Town water plan angers irrigators

Dam debate pits farmers against Greens

Rocky Creek dam has been supplying town water to Northern Rivers residents since 1953 but a long-term plan to augment that supply is under question.

Rocky Creek dam has been supplying town water to Northern Rivers residents since 1953 but a long-term plan to augment that supply is under question.


The decision to throw out the plan for a new dam near Lismore and perhaps extract town water from underground aquifers has angered farmers on the Alstonville Plateau


The decision by a Northern Rivers water authority to turn its back on a new town water dam near Lismore is pitting farmers against environmentalists over a proposal to extract deep aquifer ground water from the nearby Alstonville Plateau.

A group calling itself Our Future Northern Rivers, led by macadamia grower Austin Curtin, a former National Party candidate for the seat of Lismore now held by Labor's Janelle Saffin, has called on the silent majority of ratepayers to speak up about the county council's decision to turn its back on decades of planning.

Member for Lismore, Ms Saffin, meanwhile, has publicly sided with former NSW premier Bob Carr who toured the dam site last year and declared on Twitter that remnant rainforest endangered by flooding would destroy 6 per cent of the remaining 1pc of the Big Scrub.

There are also concerns from traditional custodians of the area about history being drowned under water.

When water supply authority Rous County Council called for community feedback last year on whether they should proceed with a new dam, it received 1298 opposition submissions. In response five of the eight councillors, including those from Byron Bay Lismore and Ballina, voted to dump the dam plan and proceed with alternative studies into ground water extraction and toilet to tap recycling. The surprising move went against its own staff recommendations which called for a new dam to capture high annual rainfall and to gravity feed clean drinking water to all 110,000 customers - a figure that is expected to reach 150,000 by 2060.

The council is currently accepting new submissions until late May.

The new dam site near between The Channon and Dunoon covers 240 hectares and could supply 50 gigalitres or 3.5 times the current volume, fed from a catchment 50 square kilometres in size spreading along the southern slopes of the Nightcap Range.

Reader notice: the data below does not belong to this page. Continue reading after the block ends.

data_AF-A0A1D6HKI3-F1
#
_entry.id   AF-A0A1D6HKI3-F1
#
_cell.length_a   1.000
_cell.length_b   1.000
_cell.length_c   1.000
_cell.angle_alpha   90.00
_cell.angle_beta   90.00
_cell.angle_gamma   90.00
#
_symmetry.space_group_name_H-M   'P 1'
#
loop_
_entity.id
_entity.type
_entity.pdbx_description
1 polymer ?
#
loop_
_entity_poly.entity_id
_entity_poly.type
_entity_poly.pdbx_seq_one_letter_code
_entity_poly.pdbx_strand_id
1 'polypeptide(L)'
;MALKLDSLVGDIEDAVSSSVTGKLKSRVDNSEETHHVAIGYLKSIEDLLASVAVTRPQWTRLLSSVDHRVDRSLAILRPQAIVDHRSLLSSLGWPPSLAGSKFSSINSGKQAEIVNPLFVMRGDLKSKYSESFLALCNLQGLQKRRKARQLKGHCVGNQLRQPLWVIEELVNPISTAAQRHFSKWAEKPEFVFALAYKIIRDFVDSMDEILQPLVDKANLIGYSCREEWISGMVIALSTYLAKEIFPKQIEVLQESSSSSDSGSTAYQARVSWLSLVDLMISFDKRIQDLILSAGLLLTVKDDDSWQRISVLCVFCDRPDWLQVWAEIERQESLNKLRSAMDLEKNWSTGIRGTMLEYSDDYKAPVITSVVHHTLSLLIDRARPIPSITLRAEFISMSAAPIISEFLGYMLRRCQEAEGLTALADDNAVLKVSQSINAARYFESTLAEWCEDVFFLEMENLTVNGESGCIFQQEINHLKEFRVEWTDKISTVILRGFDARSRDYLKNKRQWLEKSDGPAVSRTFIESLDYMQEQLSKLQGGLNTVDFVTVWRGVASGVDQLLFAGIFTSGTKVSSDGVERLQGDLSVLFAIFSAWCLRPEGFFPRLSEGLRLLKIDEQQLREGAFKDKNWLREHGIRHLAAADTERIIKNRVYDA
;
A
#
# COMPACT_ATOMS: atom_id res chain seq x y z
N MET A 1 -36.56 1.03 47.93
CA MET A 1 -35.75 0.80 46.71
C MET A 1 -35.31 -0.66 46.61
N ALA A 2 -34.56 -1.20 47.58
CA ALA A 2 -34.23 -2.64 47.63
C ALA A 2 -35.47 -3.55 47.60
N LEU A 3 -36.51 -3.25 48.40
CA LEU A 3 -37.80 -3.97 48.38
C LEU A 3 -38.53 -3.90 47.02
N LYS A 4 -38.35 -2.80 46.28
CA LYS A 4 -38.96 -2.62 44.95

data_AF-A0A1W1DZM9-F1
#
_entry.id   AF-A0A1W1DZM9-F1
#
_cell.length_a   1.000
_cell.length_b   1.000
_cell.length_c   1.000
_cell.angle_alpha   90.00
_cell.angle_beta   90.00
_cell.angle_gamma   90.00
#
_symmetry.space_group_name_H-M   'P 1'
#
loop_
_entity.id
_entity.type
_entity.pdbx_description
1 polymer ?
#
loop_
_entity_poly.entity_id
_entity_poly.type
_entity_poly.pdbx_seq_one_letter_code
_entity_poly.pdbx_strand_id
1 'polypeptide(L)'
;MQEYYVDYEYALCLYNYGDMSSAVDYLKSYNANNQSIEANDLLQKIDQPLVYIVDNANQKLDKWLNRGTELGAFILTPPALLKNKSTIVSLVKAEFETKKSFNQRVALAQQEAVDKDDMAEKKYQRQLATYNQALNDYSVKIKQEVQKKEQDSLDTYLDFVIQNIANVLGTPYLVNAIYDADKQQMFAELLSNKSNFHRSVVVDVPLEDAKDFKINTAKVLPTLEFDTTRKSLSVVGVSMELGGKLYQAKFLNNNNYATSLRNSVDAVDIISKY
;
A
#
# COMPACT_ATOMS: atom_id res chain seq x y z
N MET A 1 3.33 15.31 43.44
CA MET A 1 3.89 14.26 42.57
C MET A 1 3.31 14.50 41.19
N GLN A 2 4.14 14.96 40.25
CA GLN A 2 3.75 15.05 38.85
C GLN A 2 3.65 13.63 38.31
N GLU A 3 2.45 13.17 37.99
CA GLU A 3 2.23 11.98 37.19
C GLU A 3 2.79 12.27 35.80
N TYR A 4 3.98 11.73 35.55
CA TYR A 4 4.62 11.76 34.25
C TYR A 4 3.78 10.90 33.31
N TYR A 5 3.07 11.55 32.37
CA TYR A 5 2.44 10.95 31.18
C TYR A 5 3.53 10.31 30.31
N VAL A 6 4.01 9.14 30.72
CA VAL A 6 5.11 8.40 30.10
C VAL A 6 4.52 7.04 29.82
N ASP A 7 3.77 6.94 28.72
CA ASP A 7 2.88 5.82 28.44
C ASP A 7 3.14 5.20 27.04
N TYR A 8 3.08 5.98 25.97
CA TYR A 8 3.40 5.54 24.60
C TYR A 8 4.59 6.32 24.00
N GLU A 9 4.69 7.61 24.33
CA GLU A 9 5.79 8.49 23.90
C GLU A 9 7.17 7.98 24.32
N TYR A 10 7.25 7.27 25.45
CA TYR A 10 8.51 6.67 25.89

"During the public exhibition of the Future Water Project in 2020, Rous received numerous submissions, including feedback from traditional custodians of the area," said the county council. "This feedback raised concerns about potentially substantial impacts to both the environment and cultural heritage."

Now farmers on the Alstonville Plateau are concerned that a plan to take water from deep level aquifers beneath rolling fields of macadamia nuts and avocados will impact on their primary production.

"Why throw the option of a new dam out the window?" asked Mr Austin during the launch of Our Futures Northern Rivers this week. "Water from that supply will be the most affordable. The community will know what they are getting. They will have a locked-in guaranteed price."

Mr Austin said the proposed dam site - with nearly half of that land already owned by the county council - was mostly degraded with lantana, camphor and privet.

In 2018 a proposal to supply bottled water from the same aquifer met with angry opposition from farmers, greens, councillors and residents worked together to block the proposal put forward by Victorian businessman Tim Carey.

"People get caught up in the emotion," he said at the time. "The whole bottled water industry uses .001 per cent of all groundwater while the vast majority goes to agriculture."

Further reading:

Wyangala dam "not for the people"

Fight over bottled water plan

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